There's one thing that's not so great. Somewhere during the twilight of my thirties, in the final approach to that much maligned milestone birthday, my metabolism hit a wall.
Looking back, it was a perfect storm, but still, it snuck up on me.
First, because of a chronic health issue, whatever water weight I carry causes the scale to swing pretty wildly from week to week. I've joked with other mommy friends that I don't care so much about looking great naked, but it would be nice to look good while fully dressed. Which means it would be preferable to yoyo in a lower weight range.
Second, the Grape is a waif. He's no longer tiny to the extent that causes the pediatrician alarm, but his weight has never made it out of the tenth percentile for his age group. I spend significant time and resources trying to sneak calories into him, mostly by cooking heavier, "comfort food" dishes that rarely featured on my pre-kid menu.
As I faced forty, there was no denying my clothes didn't fit as nicely as they had three years ago. The Grape issued a major wake up call when he declared my tummy "so nice and soft" in front of several friends. I started weighing myself at the gym, almost every day for a month, and unsurprisingly, my weight fluctuated as it has for a few years now.
But I realized the high point of my weight yoyo was an astonishing fifteen pounds heavier than the yoyo high point before I had the Grape.
I decided that couldn't possibly be healthy, and I believe that parents of young children have an obligation to try to be healthy in order to be able to stick around for their kids for as long as possible.
I had to do something, and fast, because summer clothes forgive far less than sweaters and coats.
I amped up my work outs. I took two strength training classes a week and intensified my cardio regime. I made a rule against skipping exercise: I'd only exercise on the days I eat. I'd let myself count a long, brisk walk as the day's workout, but only once or twice a week. Puttering outdoors with the Grape, while good for the mind, would not count as exercise. Yoga would, but only if the class veered more athletic than meditative. So great. More sweat, less tummy. Right?
I had to reckon with the sticky, icky part: Food. At forty, I had to face up to the fact that food and I have had a great run. Fantastic, even. I was a very lucky young person, with good metabolism. I never struggled with, or even thought much about, weight. For thirty-six or thirty-seven years, I could drink. I could eat dessert.
Clearly something had to change in order for those fifteen pounds to go. I decided to use an app to track calories for a month. It was a drag at first, but if you're one of the (probably millions of) moms who'd like to nix the mama tummy, I highly recommend the exercise. It was really eye opening.
If you ask R. what my new diet program entails, he'd say, "She doesn't eat and then she screams a lot because her stomach is eating itself." He swears he doesn't care about my figure one way or another, and I (mostly) believe him.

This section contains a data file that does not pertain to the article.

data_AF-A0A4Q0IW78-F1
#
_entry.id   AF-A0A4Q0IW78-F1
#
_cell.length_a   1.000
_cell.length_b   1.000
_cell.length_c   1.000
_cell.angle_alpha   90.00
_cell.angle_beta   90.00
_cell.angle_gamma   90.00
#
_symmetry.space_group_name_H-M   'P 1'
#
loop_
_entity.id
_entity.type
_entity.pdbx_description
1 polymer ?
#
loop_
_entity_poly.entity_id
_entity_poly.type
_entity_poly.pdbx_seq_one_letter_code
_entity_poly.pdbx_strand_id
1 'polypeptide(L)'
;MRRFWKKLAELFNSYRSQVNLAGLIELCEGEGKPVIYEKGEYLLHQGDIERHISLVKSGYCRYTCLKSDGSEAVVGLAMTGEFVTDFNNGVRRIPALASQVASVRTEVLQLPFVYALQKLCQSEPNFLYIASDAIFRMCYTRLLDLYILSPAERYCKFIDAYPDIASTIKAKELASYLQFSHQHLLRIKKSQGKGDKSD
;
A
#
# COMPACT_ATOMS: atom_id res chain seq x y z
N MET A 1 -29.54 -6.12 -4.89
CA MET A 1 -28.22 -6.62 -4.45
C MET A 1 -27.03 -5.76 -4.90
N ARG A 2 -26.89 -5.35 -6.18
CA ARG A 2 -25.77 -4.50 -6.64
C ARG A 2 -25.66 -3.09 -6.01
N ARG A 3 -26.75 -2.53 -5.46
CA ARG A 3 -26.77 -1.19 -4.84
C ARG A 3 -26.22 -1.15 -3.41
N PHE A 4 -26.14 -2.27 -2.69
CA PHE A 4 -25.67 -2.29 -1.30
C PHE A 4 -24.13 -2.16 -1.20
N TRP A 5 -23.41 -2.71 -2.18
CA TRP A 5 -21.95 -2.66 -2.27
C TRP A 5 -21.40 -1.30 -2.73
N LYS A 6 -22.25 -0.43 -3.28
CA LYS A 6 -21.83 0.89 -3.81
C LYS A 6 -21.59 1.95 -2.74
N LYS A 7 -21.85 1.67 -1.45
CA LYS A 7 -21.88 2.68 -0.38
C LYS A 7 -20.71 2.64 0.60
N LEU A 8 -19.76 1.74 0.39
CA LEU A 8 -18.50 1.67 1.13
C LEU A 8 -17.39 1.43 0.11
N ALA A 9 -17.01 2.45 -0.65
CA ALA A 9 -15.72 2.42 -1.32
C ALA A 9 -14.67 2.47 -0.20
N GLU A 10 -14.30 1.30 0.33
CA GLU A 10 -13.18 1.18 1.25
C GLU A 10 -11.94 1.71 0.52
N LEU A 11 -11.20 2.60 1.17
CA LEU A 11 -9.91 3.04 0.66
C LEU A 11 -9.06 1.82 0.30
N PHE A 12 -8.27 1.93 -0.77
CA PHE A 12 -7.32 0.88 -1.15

But it's not about him. It's about me. Which is fortunate, because I think any woman who feels the need to diet, or undergo surgery, to please anyone but herself needs therapy. Lots of therapy.
I joke that we have his and hers diets in our house.
Her diet involves cutting most alcohol, sweets, dairy and bread, while eating only fish, eggs, beans, vegetables and fresh fruit, with the occasional pasta dish thrown in so the whole family can eat the same thing together. I drink wine, but only while out with friends or entertaining. No more glass while cooking, glass with dinner, glass to unwind.
His involves switching to light beer.
If this unfair, sexually discriminatory system results in him losing more weight than I without even trying, I will probably require a prescription antidepressant.
I'm one month into this thing I call "the program."
The tally: Three epic diet dinner failures, one of which was so not my fault. Seriously. I visited a book club that selected one of my novels. They mixed Cosmos and baked delectable pastries in my honor. Diet or no diet, I am not going to behave like a weird, picky artist of the variety who only drinks bottled water and eats celery and cucumbers. That leaves twenty-seven good days. Nine pounds down, six to go.
Here's what surprised me most: it really, truly hasn't been that bad. I thought dieting for the first time ever would be awful, but late spring turns out to be a great time to diet because the produce is starting to get better, it's nice weather to grill, and lighter dishes appeal in hot weather. I probably wouldn't have started "the program" during the holidays, or during a major vacation, because I would have been setting myself up to fail.
I still might be setting myself up for disappointment. We travel a bit in the summer, and diets seem harder away from home. Something tells me the last couple of pounds might prove more stubborn than than the first few.
Here's the good news for all my fellow mamas who find themselves frowning at their bellies come swimsuit season. If I can do it (I kind of don't go in for self-denial)—and if mom to four, lifelong exercise hater and social media maven Nina Badzin can do it—you can too.
But only if you want to, for yourself.